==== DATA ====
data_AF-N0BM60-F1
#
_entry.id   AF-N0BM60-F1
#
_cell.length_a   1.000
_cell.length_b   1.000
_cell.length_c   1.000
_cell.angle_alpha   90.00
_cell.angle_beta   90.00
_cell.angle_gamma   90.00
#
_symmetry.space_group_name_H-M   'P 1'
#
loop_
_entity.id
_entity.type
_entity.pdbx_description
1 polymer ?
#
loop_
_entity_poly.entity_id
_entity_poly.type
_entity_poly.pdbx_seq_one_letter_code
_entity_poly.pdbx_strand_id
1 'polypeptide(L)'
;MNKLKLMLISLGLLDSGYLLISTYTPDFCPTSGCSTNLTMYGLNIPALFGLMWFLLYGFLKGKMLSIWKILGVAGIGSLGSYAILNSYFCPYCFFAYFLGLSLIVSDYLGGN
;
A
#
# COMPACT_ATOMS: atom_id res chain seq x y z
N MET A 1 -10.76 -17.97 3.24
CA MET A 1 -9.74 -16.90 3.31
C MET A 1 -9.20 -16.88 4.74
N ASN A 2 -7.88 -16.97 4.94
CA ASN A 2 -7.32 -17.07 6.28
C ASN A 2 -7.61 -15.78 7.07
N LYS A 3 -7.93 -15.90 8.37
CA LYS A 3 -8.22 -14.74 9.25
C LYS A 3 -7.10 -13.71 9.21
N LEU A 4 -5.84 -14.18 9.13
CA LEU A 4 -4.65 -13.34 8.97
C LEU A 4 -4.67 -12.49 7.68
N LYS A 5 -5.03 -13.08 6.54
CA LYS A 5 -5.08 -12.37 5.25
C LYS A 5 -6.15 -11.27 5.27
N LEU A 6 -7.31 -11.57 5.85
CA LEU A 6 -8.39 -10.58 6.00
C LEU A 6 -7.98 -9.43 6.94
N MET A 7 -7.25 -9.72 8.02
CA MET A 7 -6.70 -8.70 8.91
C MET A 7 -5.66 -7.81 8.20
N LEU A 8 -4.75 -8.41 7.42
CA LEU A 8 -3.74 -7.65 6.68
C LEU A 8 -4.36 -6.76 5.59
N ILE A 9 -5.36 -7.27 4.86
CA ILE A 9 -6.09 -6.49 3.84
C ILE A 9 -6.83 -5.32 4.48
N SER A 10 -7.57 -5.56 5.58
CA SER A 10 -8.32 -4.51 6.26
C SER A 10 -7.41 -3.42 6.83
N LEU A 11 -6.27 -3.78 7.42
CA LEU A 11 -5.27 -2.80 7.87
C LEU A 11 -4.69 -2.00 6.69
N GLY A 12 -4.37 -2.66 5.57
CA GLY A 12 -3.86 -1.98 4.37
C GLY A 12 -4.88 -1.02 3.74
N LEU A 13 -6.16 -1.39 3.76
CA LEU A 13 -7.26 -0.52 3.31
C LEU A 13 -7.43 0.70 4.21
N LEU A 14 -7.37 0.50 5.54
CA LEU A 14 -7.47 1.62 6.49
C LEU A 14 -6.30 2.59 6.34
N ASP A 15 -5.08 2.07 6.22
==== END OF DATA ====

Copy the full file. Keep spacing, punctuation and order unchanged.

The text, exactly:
data_AF-N0BM60-F1
#
_entry.id   AF-N0BM60-F1
#
_cell.length_a   1.000
_cell.length_b   1.000
_cell.length_c   1.000
_cell.angle_alpha   90.00
_cell.angle_beta   90.00
_cell.angle_gamma   90.00
#
_symmetry.space_group_name_H-M   'P 1'
#
loop_
_entity.id
_entity.type
_entity.pdbx_description
1 polymer ?
#
loop_
_entity_poly.entity_id
_entity_poly.type
_entity_poly.pdbx_seq_one_letter_code
_entity_poly.pdbx_strand_id
1 'polypeptide(L)'
;MNKLKLMLISLGLLDSGYLLISTYTPDFCPTSGCSTNLTMYGLNIPALFGLMWFLLYGFLKGKMLSIWKILGVAGIGSLGSYAILNSYFCPYCFFAYFLGLSLIVSDYLGGN
;
A
#
# COMPACT_ATOMS: atom_id res chain seq x y z
N MET A 1 -10.76 -17.97 3.24
CA MET A 1 -9.74 -16.90 3.31
C MET A 1 -9.20 -16.88 4.74
N ASN A 2 -7.88 -16.97 4.94
CA ASN A 2 -7.32 -17.07 6.28
C ASN A 2 -7.61 -15.78 7.07
N LYS A 3 -7.93 -15.90 8.37
CA LYS A 3 -8.22 -14.74 9.25
C LYS A 3 -7.10 -13.71 9.21
N LEU A 4 -5.84 -14.18 9.13
CA LEU A 4 -4.65 -13.34 8.97
C LEU A 4 -4.67 -12.49 7.68
N LYS A 5 -5.03 -13.08 6.54
CA LYS A 5 -5.08 -12.37 5.25
C LYS A 5 -6.15 -11.27 5.27
N LEU A 6 -7.31 -11.57 5.85
CA LEU A 6 -8.39 -10.58 6.00
C LEU A 6 -7.98 -9.43 6.94
N MET A 7 -7.25 -9.72 8.02
CA MET A 7 -6.70 -8.70 8.91
C MET A 7 -5.66 -7.81 8.20
N LEU A 8 -4.75 -8.41 7.42
CA LEU A 8 -3.74 -7.65 6.68
C LEU A 8 -4.36 -6.76 5.59
N ILE A 9 -5.36 -7.27 4.86
CA ILE A 9 -6.09 -6.49 3.84
C ILE A 9 -6.83 -5.32 4.48
N SER A 10 -7.57 -5.56 5.58
CA SER A 10 -8.32 -4.51 6.26
C SER A 10 -7.41 -3.42 6.83
N LEU A 11 -6.27 -3.78 7.42
CA LEU A 11 -5.27 -2.80 7.87
C LEU A 11 -4.69 -2.00 6.69
N GLY A 12 -4.37 -2.66 5.57
CA GLY A 12 -3.86 -1.98 4.37
C GLY A 12 -4.88 -1.02 3.74
N LEU A 13 -6.16 -1.39 3.76
CA LEU A 13 -7.26 -0.52 3.31
C LEU A 13 -7.43 0.70 4.21
N LEU A 14 -7.37 0.50 5.54
CA LEU A 14 -7.47 1.62 6.49
C LEU A 14 -6.30 2.59 6.34
N ASP A 15 -5.08 2.07 6.22